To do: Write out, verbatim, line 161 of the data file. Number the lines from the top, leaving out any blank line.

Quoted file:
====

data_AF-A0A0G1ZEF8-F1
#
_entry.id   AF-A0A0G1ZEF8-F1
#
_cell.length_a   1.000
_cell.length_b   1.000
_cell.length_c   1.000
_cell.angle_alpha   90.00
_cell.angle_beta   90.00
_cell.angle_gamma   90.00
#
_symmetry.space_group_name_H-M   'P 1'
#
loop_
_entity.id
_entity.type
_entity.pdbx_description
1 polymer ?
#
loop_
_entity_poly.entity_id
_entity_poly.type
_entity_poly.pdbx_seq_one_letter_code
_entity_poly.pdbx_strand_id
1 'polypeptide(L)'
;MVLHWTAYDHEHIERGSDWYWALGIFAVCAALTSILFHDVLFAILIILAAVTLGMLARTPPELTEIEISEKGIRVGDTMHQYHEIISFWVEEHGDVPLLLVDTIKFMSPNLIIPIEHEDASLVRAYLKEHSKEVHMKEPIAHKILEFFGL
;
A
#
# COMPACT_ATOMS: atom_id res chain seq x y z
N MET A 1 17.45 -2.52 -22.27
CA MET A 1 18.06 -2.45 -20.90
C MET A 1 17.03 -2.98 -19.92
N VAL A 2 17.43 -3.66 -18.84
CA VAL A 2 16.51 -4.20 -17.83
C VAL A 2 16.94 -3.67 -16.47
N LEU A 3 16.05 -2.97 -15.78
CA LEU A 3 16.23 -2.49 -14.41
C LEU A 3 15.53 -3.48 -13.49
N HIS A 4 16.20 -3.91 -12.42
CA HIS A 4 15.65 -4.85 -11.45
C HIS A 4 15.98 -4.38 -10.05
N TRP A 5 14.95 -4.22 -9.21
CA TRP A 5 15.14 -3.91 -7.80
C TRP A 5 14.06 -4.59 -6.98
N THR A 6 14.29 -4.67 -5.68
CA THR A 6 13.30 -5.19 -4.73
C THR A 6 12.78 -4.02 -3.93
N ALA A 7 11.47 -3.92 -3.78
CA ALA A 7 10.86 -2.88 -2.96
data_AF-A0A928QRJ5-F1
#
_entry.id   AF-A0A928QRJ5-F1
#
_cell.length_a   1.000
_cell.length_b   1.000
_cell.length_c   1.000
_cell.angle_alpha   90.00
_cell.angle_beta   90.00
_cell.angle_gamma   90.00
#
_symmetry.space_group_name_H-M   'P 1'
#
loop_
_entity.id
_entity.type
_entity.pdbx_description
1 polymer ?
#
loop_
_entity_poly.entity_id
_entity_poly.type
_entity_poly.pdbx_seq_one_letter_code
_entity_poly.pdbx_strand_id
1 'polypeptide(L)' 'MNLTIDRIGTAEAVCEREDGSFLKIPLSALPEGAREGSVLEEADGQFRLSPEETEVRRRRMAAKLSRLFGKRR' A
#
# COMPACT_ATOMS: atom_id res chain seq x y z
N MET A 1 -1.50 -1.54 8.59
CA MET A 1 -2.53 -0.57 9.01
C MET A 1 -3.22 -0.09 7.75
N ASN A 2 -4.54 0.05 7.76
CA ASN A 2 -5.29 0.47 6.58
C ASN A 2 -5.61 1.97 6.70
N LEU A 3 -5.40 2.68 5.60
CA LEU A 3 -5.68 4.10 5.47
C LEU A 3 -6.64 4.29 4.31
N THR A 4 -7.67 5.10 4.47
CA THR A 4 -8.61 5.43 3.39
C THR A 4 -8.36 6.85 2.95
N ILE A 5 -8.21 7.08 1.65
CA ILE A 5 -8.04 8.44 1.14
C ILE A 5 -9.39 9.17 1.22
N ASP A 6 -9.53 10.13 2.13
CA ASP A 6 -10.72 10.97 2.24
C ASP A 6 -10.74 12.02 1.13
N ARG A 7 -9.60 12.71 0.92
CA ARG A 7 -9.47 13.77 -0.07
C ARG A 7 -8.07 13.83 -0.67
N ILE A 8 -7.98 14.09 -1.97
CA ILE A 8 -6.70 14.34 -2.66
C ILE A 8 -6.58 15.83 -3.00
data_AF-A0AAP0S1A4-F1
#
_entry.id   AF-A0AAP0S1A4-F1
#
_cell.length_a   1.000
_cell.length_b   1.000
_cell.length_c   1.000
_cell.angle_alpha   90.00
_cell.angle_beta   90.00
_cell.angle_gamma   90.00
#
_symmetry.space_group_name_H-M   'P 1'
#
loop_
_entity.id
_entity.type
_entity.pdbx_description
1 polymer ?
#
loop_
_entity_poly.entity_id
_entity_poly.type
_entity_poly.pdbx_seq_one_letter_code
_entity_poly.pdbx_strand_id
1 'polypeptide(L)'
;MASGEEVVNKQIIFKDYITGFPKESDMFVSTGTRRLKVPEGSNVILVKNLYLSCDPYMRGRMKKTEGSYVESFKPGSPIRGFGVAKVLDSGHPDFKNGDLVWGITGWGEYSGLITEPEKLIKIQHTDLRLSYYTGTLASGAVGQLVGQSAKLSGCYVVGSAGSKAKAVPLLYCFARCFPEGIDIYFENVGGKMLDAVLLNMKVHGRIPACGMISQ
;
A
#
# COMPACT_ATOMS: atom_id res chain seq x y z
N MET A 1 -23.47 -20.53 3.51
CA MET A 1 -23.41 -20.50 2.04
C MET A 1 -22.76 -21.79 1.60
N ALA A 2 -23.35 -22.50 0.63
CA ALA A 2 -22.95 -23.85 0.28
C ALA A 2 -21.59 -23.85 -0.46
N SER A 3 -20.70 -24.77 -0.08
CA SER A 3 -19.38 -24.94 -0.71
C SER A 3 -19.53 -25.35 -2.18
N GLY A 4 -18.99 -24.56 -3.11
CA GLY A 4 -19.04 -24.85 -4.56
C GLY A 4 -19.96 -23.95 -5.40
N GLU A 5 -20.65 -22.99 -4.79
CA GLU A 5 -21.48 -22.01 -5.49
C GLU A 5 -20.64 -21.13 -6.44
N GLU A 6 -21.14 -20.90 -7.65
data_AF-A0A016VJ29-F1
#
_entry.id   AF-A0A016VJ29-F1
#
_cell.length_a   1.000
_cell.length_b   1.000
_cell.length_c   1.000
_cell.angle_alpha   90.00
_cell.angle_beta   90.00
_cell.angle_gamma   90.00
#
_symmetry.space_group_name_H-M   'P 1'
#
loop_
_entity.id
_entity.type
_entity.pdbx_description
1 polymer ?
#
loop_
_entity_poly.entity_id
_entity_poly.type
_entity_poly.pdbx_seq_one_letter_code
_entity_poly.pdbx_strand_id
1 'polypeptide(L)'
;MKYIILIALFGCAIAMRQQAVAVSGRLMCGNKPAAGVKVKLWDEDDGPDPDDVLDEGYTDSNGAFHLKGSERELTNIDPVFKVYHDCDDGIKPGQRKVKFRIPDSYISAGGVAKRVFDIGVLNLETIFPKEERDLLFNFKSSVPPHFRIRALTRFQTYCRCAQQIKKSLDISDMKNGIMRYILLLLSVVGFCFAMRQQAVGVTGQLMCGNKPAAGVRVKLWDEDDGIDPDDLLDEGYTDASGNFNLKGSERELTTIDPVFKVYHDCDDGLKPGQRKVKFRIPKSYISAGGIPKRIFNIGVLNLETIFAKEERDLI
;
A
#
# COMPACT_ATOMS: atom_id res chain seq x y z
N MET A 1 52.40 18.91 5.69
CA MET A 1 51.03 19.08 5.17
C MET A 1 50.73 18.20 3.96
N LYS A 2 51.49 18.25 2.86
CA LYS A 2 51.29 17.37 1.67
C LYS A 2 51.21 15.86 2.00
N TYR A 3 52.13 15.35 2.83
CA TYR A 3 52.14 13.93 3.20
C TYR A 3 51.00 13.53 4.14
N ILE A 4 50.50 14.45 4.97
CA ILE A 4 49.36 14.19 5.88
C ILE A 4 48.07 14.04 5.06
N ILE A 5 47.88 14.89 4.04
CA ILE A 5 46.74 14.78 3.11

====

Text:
loop_